Boyd's group has convened a couple dozen students at each high school to talk candidly about how to solve school violence, as well as personal experiences that shed light on root causes.

To hear from mental health experts, mentors and others who support student success, Boyd and Love Akron host a "leadership symposium" every quarter in partnership with APS Athletics Coordinator Joe Vassalotti. This quarter, on March 1 from 10 a.m. to 1 p.m. at the University of Akron student union at 303 Carroll St., roughly 130 students in The Locker Room Project (and their ideas) will headline the symposium.

It's just one example of how discussion about school violence is leading to solutions.

Improving safety:Six solutions to make Akron Public Schools safer for students and staff

Boyd is also part of an eclectic group of civic, social, community and faith-based leaders, from political activists and protesters to the superintendent and school board president, who first met in December at the request of Marco Sommerville.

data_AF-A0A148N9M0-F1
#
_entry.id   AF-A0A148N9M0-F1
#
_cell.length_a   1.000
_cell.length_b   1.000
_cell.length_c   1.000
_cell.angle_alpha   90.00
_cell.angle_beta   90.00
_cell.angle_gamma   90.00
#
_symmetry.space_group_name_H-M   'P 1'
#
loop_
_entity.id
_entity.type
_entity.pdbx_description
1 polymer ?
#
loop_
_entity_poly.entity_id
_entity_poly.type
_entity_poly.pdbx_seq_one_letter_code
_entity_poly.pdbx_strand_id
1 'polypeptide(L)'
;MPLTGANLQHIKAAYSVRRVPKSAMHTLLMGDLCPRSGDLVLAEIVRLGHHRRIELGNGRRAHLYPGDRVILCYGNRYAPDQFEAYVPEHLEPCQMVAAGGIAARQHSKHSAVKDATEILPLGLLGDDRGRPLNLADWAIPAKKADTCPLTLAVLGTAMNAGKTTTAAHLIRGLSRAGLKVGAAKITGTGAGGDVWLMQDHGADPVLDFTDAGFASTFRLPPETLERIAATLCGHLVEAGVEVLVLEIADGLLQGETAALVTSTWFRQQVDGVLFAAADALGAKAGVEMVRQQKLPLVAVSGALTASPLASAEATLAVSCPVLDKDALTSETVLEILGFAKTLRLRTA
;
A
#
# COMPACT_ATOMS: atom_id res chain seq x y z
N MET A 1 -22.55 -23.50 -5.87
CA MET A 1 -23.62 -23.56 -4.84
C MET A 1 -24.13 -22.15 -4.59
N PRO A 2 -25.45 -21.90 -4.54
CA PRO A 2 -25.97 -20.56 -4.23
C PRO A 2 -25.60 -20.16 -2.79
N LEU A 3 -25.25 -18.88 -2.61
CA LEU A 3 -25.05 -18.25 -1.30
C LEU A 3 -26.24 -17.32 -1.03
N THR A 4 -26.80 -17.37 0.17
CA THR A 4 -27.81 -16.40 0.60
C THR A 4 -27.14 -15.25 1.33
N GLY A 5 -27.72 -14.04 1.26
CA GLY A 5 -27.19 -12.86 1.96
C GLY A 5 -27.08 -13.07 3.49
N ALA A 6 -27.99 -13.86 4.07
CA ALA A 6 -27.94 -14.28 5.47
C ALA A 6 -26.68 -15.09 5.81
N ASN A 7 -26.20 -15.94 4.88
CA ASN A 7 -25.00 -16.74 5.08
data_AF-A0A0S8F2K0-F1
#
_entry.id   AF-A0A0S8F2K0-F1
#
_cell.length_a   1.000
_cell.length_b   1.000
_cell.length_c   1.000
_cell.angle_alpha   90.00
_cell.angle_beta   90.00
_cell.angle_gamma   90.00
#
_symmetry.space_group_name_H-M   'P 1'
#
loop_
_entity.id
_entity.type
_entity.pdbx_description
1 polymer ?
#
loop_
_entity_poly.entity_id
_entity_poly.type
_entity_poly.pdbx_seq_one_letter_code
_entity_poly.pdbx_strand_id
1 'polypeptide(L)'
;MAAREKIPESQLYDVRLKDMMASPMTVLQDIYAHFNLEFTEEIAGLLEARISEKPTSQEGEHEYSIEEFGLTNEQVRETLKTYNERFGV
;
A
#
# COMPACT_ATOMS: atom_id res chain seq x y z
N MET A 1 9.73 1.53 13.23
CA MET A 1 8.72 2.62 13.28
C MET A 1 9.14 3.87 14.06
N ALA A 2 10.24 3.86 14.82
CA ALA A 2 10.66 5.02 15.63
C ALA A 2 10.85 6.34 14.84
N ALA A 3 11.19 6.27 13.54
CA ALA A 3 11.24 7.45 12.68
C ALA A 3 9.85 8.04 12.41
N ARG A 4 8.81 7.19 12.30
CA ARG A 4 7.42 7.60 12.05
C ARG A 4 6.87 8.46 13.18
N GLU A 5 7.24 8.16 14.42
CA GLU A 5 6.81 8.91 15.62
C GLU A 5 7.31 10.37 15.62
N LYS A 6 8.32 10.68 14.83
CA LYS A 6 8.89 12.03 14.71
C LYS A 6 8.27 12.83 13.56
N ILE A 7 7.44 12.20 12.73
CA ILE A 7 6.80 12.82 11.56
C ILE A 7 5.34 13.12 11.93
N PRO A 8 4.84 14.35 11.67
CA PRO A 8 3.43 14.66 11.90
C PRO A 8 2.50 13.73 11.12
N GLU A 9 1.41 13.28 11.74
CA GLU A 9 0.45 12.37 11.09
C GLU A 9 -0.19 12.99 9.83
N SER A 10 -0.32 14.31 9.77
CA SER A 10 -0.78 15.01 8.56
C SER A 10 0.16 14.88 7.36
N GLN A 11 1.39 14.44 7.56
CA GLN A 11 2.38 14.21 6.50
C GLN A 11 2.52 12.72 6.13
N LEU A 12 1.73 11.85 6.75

The deputy mayor of governmental relations at City Hall initially tasked them with preparing the city for whatever decision is reached in the Jayland Walker investigation, hoping to avoid the volatility that gripped Akron when body-worn camera footage of the fatal police shooting was released in early July.

"It's morphed into what's going on in the schools and building some trust among people in the community," Sommerville said of the group's first two meetings and a third scheduled for Saturday.